Malaysia confronts its ethnic and religious divisions (WITH VIDEO)

By Al Jazeera

Malaysia’s Selangor Islamic Religious Department (known as Jais) worked with police in early August to raid Damansara Utama Methodist Church (DUMC) in Petaling Jaya, Malaysia. The church was holding a charity dinner at the time of the raid. While authorities have not issued an official explanation for the raid and are still conducting an investigation into the events, the dinner’s opponents claim participants were attempting to convert Muslims to Christianity. Those who supported the raid say the action was undertaken in the name of defending Islam. 


Watch the video here:

Participants say they were holding the dinner in support of pan-Malaysian unity and deny accusations of proselytising. The Thanksgiving dinner attendants included citizens of different races and religions.

The raid may reflect tensions that undercut Malaysian society, which is divided along both religious and ethnic lines. Sixty percent of the country is Muslim, and just over half are ethnic Malay.

According to the constitution, citizens claiming Malay ethnicity must be practicing Muslims, speak the Malay language, and adhere to Malay cultural values. The conditions are in place to ensure that only Malay may claim protection under special laws that reserve jobs and other benefits for the ethnic majority. Although they are an ethnic majority in the country, Malay have been historically disadvantaged, advocates say, because of ethnic Chinese and Indians’ advantageous roles in trade and commerce.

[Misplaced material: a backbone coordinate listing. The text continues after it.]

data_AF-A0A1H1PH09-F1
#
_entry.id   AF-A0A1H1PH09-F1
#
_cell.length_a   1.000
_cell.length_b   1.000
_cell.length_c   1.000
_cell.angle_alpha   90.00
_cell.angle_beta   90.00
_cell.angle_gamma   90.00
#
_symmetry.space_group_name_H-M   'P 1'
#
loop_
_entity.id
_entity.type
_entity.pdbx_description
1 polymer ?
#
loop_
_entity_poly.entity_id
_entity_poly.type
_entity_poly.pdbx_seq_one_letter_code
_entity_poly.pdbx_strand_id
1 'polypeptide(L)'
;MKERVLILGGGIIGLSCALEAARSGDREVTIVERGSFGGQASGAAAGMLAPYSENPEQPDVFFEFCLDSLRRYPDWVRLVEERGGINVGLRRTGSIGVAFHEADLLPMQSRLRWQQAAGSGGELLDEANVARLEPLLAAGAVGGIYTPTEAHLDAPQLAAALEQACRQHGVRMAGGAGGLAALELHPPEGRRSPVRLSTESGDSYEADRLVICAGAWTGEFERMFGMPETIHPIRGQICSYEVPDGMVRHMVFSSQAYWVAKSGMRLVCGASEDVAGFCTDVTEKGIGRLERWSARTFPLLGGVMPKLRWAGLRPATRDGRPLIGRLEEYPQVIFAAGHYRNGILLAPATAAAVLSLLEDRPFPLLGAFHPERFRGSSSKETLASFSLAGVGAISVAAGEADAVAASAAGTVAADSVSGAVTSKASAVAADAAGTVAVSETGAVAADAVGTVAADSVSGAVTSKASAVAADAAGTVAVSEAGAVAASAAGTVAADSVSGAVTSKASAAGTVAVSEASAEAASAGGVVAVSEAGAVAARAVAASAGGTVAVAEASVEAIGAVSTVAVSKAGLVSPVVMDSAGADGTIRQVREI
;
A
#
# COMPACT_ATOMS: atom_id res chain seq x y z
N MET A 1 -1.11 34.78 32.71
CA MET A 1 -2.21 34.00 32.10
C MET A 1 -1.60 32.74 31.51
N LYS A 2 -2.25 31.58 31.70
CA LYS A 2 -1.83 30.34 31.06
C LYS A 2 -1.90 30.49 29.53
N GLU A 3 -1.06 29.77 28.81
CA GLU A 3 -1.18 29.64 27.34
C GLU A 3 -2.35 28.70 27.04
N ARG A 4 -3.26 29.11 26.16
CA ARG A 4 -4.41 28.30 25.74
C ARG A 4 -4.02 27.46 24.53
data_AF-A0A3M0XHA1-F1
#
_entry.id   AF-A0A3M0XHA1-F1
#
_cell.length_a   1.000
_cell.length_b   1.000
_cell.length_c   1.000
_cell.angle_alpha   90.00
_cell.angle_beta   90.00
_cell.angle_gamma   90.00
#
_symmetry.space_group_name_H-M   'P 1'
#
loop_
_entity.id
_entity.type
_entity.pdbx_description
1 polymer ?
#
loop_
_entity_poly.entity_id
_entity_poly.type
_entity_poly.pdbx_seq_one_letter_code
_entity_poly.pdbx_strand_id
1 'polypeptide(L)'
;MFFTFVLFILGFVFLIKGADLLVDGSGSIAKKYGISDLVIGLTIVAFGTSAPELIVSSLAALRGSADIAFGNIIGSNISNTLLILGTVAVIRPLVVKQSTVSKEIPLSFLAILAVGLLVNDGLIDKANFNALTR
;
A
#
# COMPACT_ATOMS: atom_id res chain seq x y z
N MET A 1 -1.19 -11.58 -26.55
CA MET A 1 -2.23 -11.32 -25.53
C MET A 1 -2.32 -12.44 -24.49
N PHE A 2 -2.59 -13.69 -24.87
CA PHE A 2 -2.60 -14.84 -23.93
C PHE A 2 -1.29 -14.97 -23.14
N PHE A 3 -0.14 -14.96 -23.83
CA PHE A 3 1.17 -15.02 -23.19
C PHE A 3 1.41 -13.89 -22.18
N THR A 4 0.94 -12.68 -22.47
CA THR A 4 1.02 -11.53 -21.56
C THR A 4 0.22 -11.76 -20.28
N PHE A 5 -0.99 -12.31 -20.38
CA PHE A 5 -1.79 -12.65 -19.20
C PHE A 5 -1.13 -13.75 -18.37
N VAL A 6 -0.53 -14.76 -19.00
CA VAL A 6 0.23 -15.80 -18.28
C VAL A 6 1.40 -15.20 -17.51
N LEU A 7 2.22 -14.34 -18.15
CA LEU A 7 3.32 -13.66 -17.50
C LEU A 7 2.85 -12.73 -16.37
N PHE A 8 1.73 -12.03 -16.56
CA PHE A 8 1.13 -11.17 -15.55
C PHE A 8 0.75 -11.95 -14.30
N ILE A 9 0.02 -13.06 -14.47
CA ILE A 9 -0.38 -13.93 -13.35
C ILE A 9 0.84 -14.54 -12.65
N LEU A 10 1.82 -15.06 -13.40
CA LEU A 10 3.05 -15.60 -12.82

As a result, ethnic minorities are underrepresented in the civil service, universities, and at other institutions.

But some in the country are hoping to encourage a pan-Malaysian identity that transcends ethnic, cultural, and religious identities. Prime Minister Najib Razak has promoted a campaign called 1Malaysia to rally Malaysians around the idea of common nationality.

In March, religious tensions were inflamed when a Christian newspaper in the country successfully challenged a law that prohibited Christians from using the word “Allah” to refer to God. Violence broke out between Christians and Muslims after the law was overturned, and heightened tensions surrounding religion in the country may have contributed to the August 3 church raid.